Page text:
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The Oskaloosa Independent
Valley Falls , Kansas
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August 13, 2015     The Oskaloosa Independent
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August 13, 2015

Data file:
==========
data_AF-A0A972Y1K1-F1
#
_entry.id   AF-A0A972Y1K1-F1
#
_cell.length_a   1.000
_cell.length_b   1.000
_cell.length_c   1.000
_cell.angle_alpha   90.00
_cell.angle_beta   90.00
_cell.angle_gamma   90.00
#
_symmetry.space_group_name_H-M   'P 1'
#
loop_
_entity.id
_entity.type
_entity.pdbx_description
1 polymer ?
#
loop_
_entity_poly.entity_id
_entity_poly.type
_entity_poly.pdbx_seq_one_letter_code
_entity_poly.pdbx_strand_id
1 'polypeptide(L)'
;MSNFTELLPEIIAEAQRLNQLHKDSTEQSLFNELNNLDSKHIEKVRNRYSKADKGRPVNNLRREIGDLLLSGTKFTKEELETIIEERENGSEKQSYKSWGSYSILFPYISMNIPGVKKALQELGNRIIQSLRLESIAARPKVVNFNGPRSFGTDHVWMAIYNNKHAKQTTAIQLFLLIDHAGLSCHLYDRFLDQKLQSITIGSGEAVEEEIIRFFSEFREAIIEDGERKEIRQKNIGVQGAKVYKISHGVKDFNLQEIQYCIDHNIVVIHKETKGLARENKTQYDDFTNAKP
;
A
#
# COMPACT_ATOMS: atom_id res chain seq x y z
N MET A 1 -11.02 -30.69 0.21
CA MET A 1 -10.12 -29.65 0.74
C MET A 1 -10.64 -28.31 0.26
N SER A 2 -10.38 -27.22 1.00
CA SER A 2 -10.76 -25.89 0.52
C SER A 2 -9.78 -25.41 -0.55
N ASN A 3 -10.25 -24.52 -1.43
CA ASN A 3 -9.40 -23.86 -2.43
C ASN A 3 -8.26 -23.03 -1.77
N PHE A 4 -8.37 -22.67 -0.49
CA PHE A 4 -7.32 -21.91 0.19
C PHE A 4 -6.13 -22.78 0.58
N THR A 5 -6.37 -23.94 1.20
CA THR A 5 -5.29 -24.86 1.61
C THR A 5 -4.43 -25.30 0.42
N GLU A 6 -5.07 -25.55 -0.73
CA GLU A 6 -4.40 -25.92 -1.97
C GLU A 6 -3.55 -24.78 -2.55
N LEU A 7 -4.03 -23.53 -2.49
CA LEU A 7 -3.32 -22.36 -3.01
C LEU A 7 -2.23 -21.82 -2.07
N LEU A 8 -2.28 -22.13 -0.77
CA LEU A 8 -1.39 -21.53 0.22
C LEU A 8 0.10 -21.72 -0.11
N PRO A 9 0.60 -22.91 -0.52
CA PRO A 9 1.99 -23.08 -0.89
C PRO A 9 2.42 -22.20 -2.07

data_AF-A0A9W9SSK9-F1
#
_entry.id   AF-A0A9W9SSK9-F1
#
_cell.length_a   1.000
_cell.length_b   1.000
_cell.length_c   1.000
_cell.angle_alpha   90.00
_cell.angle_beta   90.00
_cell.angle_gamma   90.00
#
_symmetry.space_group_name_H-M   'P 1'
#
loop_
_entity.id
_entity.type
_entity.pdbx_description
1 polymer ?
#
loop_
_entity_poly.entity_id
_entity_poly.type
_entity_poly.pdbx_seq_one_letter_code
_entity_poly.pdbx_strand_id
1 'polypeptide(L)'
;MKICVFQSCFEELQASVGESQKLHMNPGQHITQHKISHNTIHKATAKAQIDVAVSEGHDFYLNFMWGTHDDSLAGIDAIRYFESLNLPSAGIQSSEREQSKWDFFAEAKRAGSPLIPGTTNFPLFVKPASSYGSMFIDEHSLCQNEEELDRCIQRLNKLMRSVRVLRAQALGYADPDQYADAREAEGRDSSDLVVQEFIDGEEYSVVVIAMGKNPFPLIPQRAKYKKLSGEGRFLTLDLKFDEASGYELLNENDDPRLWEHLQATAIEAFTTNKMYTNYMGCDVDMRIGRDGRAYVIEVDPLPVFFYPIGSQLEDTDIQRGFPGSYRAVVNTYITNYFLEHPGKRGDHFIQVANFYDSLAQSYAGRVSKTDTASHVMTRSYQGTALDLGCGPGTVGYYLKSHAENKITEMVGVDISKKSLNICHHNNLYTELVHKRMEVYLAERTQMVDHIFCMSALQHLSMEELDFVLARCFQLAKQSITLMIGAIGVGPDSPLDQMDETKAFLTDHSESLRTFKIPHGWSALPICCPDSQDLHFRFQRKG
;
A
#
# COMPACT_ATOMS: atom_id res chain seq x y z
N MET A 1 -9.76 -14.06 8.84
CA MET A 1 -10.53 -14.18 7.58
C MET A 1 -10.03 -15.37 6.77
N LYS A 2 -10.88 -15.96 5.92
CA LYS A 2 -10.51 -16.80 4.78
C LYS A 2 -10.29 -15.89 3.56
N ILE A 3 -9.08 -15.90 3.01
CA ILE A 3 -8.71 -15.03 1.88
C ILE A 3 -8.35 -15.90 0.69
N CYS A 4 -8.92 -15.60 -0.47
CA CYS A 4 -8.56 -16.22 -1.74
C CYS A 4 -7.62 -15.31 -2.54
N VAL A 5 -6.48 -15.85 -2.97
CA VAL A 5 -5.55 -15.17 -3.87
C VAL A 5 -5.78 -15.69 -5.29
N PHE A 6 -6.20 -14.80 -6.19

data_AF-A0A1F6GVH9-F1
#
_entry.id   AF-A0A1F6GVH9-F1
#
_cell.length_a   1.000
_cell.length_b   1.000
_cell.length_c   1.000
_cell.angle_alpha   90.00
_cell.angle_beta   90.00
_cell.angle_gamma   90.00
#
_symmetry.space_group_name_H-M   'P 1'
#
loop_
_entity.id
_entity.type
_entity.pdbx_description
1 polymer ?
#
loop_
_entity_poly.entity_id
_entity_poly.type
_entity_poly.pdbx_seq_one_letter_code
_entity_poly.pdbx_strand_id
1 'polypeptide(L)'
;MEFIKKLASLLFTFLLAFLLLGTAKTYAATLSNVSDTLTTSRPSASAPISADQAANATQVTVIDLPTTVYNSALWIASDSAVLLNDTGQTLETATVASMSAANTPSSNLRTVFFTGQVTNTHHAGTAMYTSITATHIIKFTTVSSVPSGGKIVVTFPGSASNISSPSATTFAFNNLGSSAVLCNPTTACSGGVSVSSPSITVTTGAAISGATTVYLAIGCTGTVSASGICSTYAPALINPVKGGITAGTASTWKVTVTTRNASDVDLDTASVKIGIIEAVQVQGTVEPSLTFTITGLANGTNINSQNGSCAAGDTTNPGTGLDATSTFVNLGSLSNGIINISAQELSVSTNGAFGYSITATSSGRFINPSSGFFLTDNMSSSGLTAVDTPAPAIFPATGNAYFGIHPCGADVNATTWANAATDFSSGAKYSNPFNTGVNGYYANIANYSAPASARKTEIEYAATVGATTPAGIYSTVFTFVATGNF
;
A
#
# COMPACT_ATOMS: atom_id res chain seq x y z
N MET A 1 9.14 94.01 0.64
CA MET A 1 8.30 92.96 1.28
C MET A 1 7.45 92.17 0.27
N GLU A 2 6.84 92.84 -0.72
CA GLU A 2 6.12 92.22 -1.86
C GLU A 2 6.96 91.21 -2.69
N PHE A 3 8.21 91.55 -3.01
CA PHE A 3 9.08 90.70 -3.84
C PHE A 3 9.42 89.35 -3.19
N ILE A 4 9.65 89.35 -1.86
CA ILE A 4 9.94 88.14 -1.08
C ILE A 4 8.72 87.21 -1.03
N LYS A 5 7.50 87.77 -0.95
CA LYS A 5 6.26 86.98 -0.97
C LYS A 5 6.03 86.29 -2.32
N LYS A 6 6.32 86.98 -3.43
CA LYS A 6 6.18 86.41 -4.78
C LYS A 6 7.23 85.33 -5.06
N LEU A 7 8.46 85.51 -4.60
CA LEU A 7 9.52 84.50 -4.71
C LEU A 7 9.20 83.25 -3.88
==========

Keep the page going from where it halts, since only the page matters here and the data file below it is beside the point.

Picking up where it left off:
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NEWS THE OSKALOOSA INDEPENDENT THURSDAY, AUGUST 13,2015 P. 3 ,% (Continued from page 1) Winchester (Continued from page 1) :.:: Monroe, appeared before the council animal control officer, informed the with the expectation that it was ready council that Oskaloosa has seen "a to act on her request to have a portion huge influx of skunks" in recent days of Madison Street vacated so the land and said he had picked up three more she owns in that immediate area traps earlier in the day to deal with would not be divided by a street that them. He also said he had been catch- is only a street on paper. She made ing some opossums. the request during the council's July The council unanimously ap- meeting, but the matter was tabled proved the purchase of a WaterBoss for a month to give the mayor time water softener for City Hall at a cost to consult with City Superintendent of $479.99. The city is buying the Bill Heard regarding the location of system from Oskaloosa Lumber. possible water and sewer lines to the Hull advised the council that the west of Union Street generally along planned improvements to be made Madison. to portions of some of the streets City Attorney Lee Hendricks told would begin to take place in two Summerville that the vacation of weeks. The only street he mentioned a street represented an expensive by name was Cherokee, which is in proposition, "mostly on your part" in need of some patching, but the project this particular case, and that the end also will include Liberty and Union result was "not reversible." Entering streets. the discussion, Norman pointed out The mayor also advised the council that in the event the city ever needed that he had signed all of the paper- to construct water and sewer lines in work associated with the city's sale the area now encompassed by Sum- of the vacant lot at 605 Delaware but merville's property, it would be forced that the city clerk still needed to add to acquire at least some land to do her signature to the documents. The so. lot, the location of the old City Hall, is City Clerk Patty Hamm told Sum- being acquired by Dwayne DePriest. merville she would need to fill out an There was a brief discussion about application to have the street vacated the general condition of the park and and include a legal description of the facilities there deemed to be in the property in question with her need of some attention. City leaders application. She also said she would continue to be concerned about the need to circulate a petition among shelter house, which is in disrepair, the owners of adjoining properties and the mayor indicated that he and get them to sign it if they were would like to see the abandoned in favor of having the street vacated, tennis courts removed altogether. At That accomplished, a public hearing one point the possibility of building would then be scheduled, a course where horseshoes could be Jo Dennett, 307 Cherokee, ap- played was mentioned. peared before the council onbehalfof Norman informed the council that her father and sister to inquire about he had received several favorable the possibility of the city allowing comments about the work done to people who are impaired in some way the ball field, where the infield was to use golf carts to run local errands, covered with a special material that She said her father no longer drives allows the playing surface to dry out because of his age and her sister quicker following a rain. never did because of her disability, As required by law, the city has but she envisioned the two of them been notified about a zoning case being able to travel together in a golf under consideration by the Jefferson cart to go to a restaurant, the grocery County Regional Planning Commis- store and other places. She also said sion that involves property within she felt uncomfortable with the idea close proximity to Oskaloosa. The of either one of them going anywhere council directed the city clerk to write on their own. a letter to the RPC indicating that the Hendricks told Dennett that in city has no objections to the request Kansas, golf carts and all-terrain in question. The case is DP2015-06. vehicles have been lumped into the DP stands for Development Plan. same vehicle category and that golf The current condition of the prop- carts were not allowed in third-class erty at 611 Cherokee, the owner of cities like Oskaloosa unless the local which is George Radcliff, was briefly city council adopted an ordinance discussed by the COuncil, Hull, Hen- permitting their use. dricks and Bammes. Asked for his input, part-time Bammes was directed by the police officer Jared Bammes said he mayor to issue a citation to the owner was concerned about both the safety of a sliedl0Cated'near the intersectibn of individuals wire.would ,be, riding of Elm and Hamilton streets.. ....... along city streets in a golf cart and There was a short discussion about potential liability issues for everyone the current arrangement for having involved in the arrangement, city employees tested on a monthly Perhaps moved by the situation basis for possible drug and alcohol Dennett finds herself in at this point, use. Any change in the arrangement Hull told her, "We will absolutely would require the employee hand- try t;o get it done," and Hendricks book to be revised accordingly. indicated to her that he would begin The city spends $45 a month to dr~g an ordinance that would en- have a company conduct the testing, able at some least some Oskaloosans according to the mayor. to use a golf cart to get around. The council scheduled a special But later in the evening both the meeting for this Thursday to de- mayor and others had what amounted velop a possible budget for 2016. The to second thoughts about the matter meeting at City Hall will be getting and indicated that they were not in underway at 6:30 p.m. favor of allowing anyone to use a golf Councilman Vince Newman was cart to travel the city's streets, unable to attend last week's meeting, Bammes, who is also the city's which concluded shortly after 8:20. or 945'6248 FIRST BAPTIST CHURCH OF OSKALOOSA Bible Study ................................... 10 a.m. Worship Services .............. 11 a.m./6 p.m. Home Study Group, Wed ............... 7 p.m. Paul A. Reed, Pastor, 863-2328 Save IS3200Z Model #5901351 Sa~e IS600Z Model #590!254 IS2100Z Experience the difference Uode ,S 3 suspension makes! *~ tRt~e~t f~lWs@ t~r 411 ~natttl~ ~ to o'~ttt ~@~w~tl, ~ I[~z~r f~ ~ ~ *~- ravings not valid oft all models. Va~r,~ oel m-~todlt mod(~ only. Not vatk/vdth trade, ~ e~ls I/tgt'lS ~ suppIk~ last. See Ckealex for Pill d~rai~. Photo by Rick Nichols Just sees trouble on the road ahead Bill McCollum, who is pictured here at the intersection of 35th Street and Wellman Road, is concerned about both the speeding he has witnessed taking place along Wellman near his home and the possibility that some westbound drivers, perhaps impaired at the time or reckless by nature, could come down the hill on 35th going too fast to be able to stop at the stop sign and subsequently roll onto Wellman just as another vehicle is passing by. In the photograph, which was taken Friday afternoon, McCollum is seen pointing at some skid marks that were recently left by a motorist who ran the stop sign and ended up crossing Wellman but, fortunately, without hitting anyone in the process. Eastbound motorists quickly learn by way of a sign in front of McCollum's home that the speed limit is 25 mph, but there is no such sign on the other side of 35th for drivers headed west. McCollum, who has lived at his current address since 1973, said the Jefferson County Road and Bridge Department eventually had to relocata the stop sign from the 'island" now gone, in the middle of the road to the right shoulder because it had been knocked over so many times by drivers. He also said his mailbox was damaged on two occasions when it was positioned along Wellman, where the speed limit is 55 mph. Although 35th ends at Wellman, at certain times of the year, according to McCollum, it appears to continue on to the west, which could prove to be a problem for motorists not familiar with the road. by Rick Nichols The examination of Jefferson County residents deemed qualified to participate in the 2015 National Health and Nutrition Examina- tion Survey was scheduled to start Wednesday of this week in Win- chester., Those identified as being suitable survey participants are being seen by a team of health care profes- sionals at the mobile examination center located just to the west of F.W. Huston Medical Center. The team is comprised of a physician, a dentist, medical and health technicians, and dietary and health interviewers. They are working within four "specially designed and equipped" trailers con- nected to each other through a central passageway. If needed, transportation to and from the trailer complex will be pro- vided. Arrangements can be made by calling the office ofJacque DeMatteis, NHANES study manager, at 1-800- 210-3410. Survey participants will be receiv- ing some compensation in consid- eration of the time they spend first answering questions posed by inter- viewers working in the field and later undergoing a physical examination at the mobile center. But even more important, they will come away from the whole experience with a report covering the results of the exam, which, by the way, is free. "We know from experience that each scheduled participant who visits our mobile examination center for their appointment will be pleased to receive their comprehensive results and a cash incentive," DeMatteis told IS2500Z Mode~ #5~1295 Savings |~tft Instant. Call, for Pricim Save IS7OOZ Mede~ #5~1265 49-07-3tc Mobile examination center diagram Lsboratery Blood draw Staffarea : Body Hearing :L composition Interview Dentist ,ms : , .............. Dietary interviews Body Reception :~::., This diagram shows how the four-trailer mobile examination center is arranged to accommodate the evaluation process involving NHANES participants. the paper last week. "It's our way to with health promotion and disease say 'thank you', for your help." prevention." The estimated value of the Institutions planning to use data NHANES exam is $4,000. generated by the survey include the Finally, and perhaps most impor- U.S. Food and Drug Administration, tant, the information gathered in the American Heart Association, the this county and 14 others across the American Diabetes Association and country will be used to ,determine the the American Dental Association. prevalence of major diseases and risk The mobile center has been fur- factors for diseases" as well as"assess nished with "an advanced computer nutritional status and its association system" that includes wide-area August 22, 7:oo co Threshing Bee Grounds 80's & Newer and Compact Classes 80's 1st Place is $1,500" Compact 1st Place is $1,000" Powder Puff Class: Cash Prizes* Low Budget Hobo Class - 1st Place: $500* *All other payouts are based on driver entries and sponsor money. Car and driver entry fee: $50.00 For information & rules, contact Barry Brown at 785-747-8474 Or visit our website: www.mlouththreshingbee.cora N M ER DEMO DERBY ] Entry Fee: ioo% Driver Payback i i ] Con~ct fo~ more info! David 785.806.4059 .................................. ........... .......... I Beer & !ood sold on grounds, Handicapres~roomsavai]able. Sec~rity&meoicalteamsongr'ounds~talltimes, Se, a!ing {s (irnited; brin~/~dents. 0vemight camping available. McLouth Threshing Bee will ...... Fri.-Sun., Sept. 18-20, 2015. o, c networking to facilitate the collection and processing of NHANES data. AS a result, interviewers working in the field can use notebook computers and electronic pens to gather information, while the staff at the center will be able to "automatically transmit data into databases" using digital scales, stadiometers and other similar de- vices. In addition, survey participants will have access to "touch-sensitive computer screens" so they can an- swer "certain sensitive questions in complete privacy." Information obtained from survey participants is available to the Na- tional Center for Health Statistics within 24 hours after it has been col- lected. The NCHS, part of the Centers for Disease Control and Prevention, is charged with the task of producing vital and health statistics for the na- tion. Data generated by the survey will be used in epidemiological studies and health sciences research. National standards for height, weight, blood pressure and other measurements will be determined on the basis of survey findings. The first phase of the survey, interviews with survey participants in their homes, got underway July 20 and is scheduled to continue into September. During the interview participants are asked to answer demographic, socioeconomic, dietary and health-related questions. The examinations represent the second phase of the survey and will yield medical, dental and physiologi- cal measurements. Laboratory tests also are to be administered to par- ticipants by "highly trained medical personnel." Except for the very young, all par- ticipants will have some blood drawn for analysis and see the dentist. The extent to which a participant is examined will depend, in part, on his or her age, but as a rule, the older the individual is, the more extensive See NttANES Page 4 es of having to pay less for fire in- surance. ISO stands for Insurance Service Office. The city clerk also reported that the dump truck had been taken to Heinen Repair Service Inc., Valley Falls, for needed repairs and that some welding needed to be done to ' the backhoe. On separate 5-0 votes, the council : approved the adoption of Ordinance": 15-11-101 and the adoption of Ordi- nance 15-14-101. The former allows : the city to incorporate into its code ' book the 2015 Uniform Public Offense : T Code for Kansas Cities, the latter the 2015 Standard Traffic Ordinance for " Kansas Cities. : On a 4-0 vote, the council approved as presented the proposed budget for "~ 2016, a copy of which was published :' in the July 23 issue of the paper. The action was taken after the governing body had held the budget hearing': required by law, but no one showed " up for the hearing to speak in favor of the budget or express objections to it. Voting 5-0, the council decided to have the city clerk contact the U.S.. Department of Agriculture to see if it would be willing to let the city begin paying additional principal .: on the long-term loan it obtained through the agency. The city wants - to pay more in principal to reduce : the overall cost of the loan since that~ : would mean it should be paying less' in interest in the long run. On a 5-0 vote, the council elected '-~ Winsor as its president and Finley as its president pro tern. Winsor had been the governing body's president pro tem. There was a short discussion about o the possibility of moving the monthly council meeting to the second week :~ of the month, but the council did not. ' make a decision on the matter. Near the end of the evening meet- ! ing, which adjourned about 9:45~ p.m., the council held a 10-minute :' executive session at the request of--' Winsor for the stated purpose of dis- : cussing personnel matters relating to ~ non-elected personnel. Based on the'-~ agenda prepared for the meeting, the mayor, city clerk and members of the ,' governing body probably discussed an ' application for the position of part-: time police officer at that time. No binding action was taken when the meeting reopened to the public. - mm (Continued from page 1) all day or labor[ing] over a wasl~ ~ub and board. It was just an old 'fogy' idea..." At any rate, the concerns were taken seriously enough that, in some cases women's basketball didn't adopt the full-court game until 1971. Considering that Senda Berenson came up with the rules for women's basketball in 1892,just one year ai~r James Naismith invented the game, that means that multiple generations of Kansas women grew up playing a version of the game that was deliber- ately less challengin~ than the men's version. However, the women's game was more difficult than the men's in at least one aspect: the uniforms. The earliest women to play basketball did so in long skirts, resulting in injuries as they tripped over their hemlines. But hemlines rose steadily over the next few decades. By 1924 the PRHS women's team uniform morphed into bloomers that hit just above the knee--the first uniform of its kind in the county, garnering the team the nickname the "Bloomer Girls"--and eventually into more athletically friendly gear. Despite those differences in the game, athletes like those on the PRHS women's team excelled in the sport. They won their first of many championships in 1924 and were particularly dominant in the 1940s, when they won five more. It's the kind of history that's easily lost, but this exhibit is designed to make sure that doesn't happen. [ ' Come & Listen tO some | I F-~.~ ~~-z,,,,,, 11 I Saturday, Au.g. 15 ~ I I 8:30 p.m. to M,dnught ! O.wide Amod.aa !,09,o0 Post 2SS 10114 Old Town Trail Ozawkie 785-876-2686 os-so- tc ii